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Interval Arithmetic

Interval arithmetic uses worst case estimates to get an inclusion for results. This can be essential, if the source data are already not precisely known. But even if they are, the computation may spoil the result. Interval arithmetic uses fixpoint theorems to guarantee that there is a solution in the computed interval.

This notebook introduces the interval arithmetic of Euler. For a reference to intervals and algorithms using intervals have a look at the following pages.

Euler Core
Interval Functions

The closed interval [2,3] is entered with the following notation.


Alternatively, you can use plus-minus. If you do not have this key, press F8.


Plus-Minus is also available for output.


To set this output format permanently, use ipmformat. To reset to the normal format, call ipmformat(false).

>ipmformat(true); ~1,2~, ipmformat(false);

Basic Rule

Operators between intervals yield an interval result.

The basic rule is: The result contains all possible results, when the operator is applied to all arguments in all intervals.

>~2,3~ * ~4,7~

Note that the following two expressions are different.

>~-1,1~^2, ~-1,1~*~-1,1~,

The first one contains all squares of elements in [-1,1], the second contains all s*t, where -1 <= s,t <=1.

The interval ~s~ is a small interval around s.

>~2,2~, ~2~,

For a simple example, we compute the height of a mountain in 20.2km distance, which appears at an angle of 3.2° above the current level. We assume that all values are known to the significant digits.

>d=20.2km±0.05km; a=3.2°±0.05°; d*sin(a)

Indeed, if we take the extremal values of our errors, we get a large interval of possible results.

>20.15km*sin(3.15°), 20.25km*sin(3.25°),

Error Control

Evaluating a longer expression in the interval arithmetic can lead to error propagation. Assume we have the following function.


Let us evaluate the function in an interval of length 0.2.

>x:=1.2±0.1; expr(x)

As we will see, this is not a good inclusion of the result. One of the main reasons is, that the interval evaluation takes a different x from the interval, whenever the variable x occurs, and includes all these results.

The function "mximieval" uses Maxima to compute the derivative of the expression, and with the derivative, we get a much closer inclusion.


Sub-dividing the interval yields an even better inclusion.


A simple subdivision may lead better results too, but with more effort. However, we do not have to compute the derivative. So this method works for functions too, not only for expressions.


If we plot the function, we see, that the maximal value on the interval is at 1.1, and the minimal value is somewhere inside the interval.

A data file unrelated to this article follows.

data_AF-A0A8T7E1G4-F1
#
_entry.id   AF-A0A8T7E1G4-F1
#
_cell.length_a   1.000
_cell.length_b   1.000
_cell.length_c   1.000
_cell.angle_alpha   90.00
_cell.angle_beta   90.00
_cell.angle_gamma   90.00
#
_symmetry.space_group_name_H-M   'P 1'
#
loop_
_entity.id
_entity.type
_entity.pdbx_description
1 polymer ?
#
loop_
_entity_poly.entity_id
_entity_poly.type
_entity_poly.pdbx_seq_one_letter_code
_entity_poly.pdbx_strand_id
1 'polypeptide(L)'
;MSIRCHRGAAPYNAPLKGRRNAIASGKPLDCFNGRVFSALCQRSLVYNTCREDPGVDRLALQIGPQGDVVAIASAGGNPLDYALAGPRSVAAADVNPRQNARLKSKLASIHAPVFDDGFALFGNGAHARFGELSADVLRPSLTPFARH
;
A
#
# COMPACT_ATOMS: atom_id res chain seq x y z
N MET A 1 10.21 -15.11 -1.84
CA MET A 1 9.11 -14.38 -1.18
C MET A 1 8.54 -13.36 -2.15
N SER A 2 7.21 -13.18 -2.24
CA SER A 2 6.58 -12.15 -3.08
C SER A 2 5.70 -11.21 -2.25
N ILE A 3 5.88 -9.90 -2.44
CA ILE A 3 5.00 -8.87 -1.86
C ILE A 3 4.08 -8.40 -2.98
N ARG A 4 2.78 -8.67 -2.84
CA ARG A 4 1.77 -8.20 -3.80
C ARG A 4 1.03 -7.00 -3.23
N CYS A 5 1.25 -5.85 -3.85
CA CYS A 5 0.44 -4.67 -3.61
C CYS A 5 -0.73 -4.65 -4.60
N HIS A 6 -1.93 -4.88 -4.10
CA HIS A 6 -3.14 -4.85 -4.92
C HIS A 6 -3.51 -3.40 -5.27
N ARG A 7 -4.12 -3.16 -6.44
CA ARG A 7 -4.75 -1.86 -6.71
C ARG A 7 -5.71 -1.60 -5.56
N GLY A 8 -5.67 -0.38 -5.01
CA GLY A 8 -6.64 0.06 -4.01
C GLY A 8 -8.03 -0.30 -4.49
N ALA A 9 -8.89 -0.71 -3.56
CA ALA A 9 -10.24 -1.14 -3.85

08 - Intervals

We can find the place of the minimum with fmin, and then evaluate the expression there to get the minimal value. Thus we get the true limits of the image of [1.1,1.3] under this mapping.

>expr(fmin(expr,1.1,1.3)), expr(1.1)

Plotting Intervals

We can make a plot of an interval function. To demonstrate this, we disturb the x values -1 to 2 by 0.01, and evaluate our expression. We print the first three values only.

>x:=-1:0.01:2; y:=expr(x±0.01); y[1:3]
[ ~-0.07,0.07~,  ~-0.04,0.098~,  ~-0.01,0.13~ ]

The plot2d function will plot the y-ranges as a filled curve.

>plot2d(x,y,style="\/"); plot2d(x,expr(x),thickness=2,add=1):

08 - Intervals


The 10-th partial sum of the Taylor series of exp is the following polynomial.

>p=1/fac(0:10); fracprint(p')

Check with Maxima.

          10        9       8       7     6     5     4    3    2
         x         x       x       x     x     x     x    x    x
       ------- + ------ + ----- + ---- + --- + --- + -- + -- + -- + x
       3628800   362880   40320   5040   720   120   24   6    2
                                                                   + 1

We evaluate this polynomial in -2.

>longformat; evalpoly(-2,p)

Compare to the correct result for the infinite series.


We can get an inclusion of the true value from the Taylor expansion with the remainder term in interval notation. The error of the series expansion is less or equal the next term in the series, since the series is alternating.

Note that we have to use ~p~ because p is not exactly represented in the computer. But we can use the one point interval [-2,-2].


Some more terms. Note that 21! is exactly representable in the computer.

>n=20; evalpoly(-2,~1/fac(0:n)~)+~-1,1~*2^(n+1)/fac(n+1)

Inclusions of Solutions

The interval arithmetic provides guaranteed inclusions of zeros of functions using the interval Newton method.

For this, we need a function f and its derivative f1.


Maxima can compute the derivative for us.


Compare with the real Newton method.

>longestformat; newton("cos(x)-x","-sin(x)-1",1)

There is a very simple function, which uses a bisection method controlled by interval computation.


One famous example occurs, if we imagine a chord around the earth, which is 1m longer than the perimeter of the earth. We lift that chord at one point. How high can we lift it?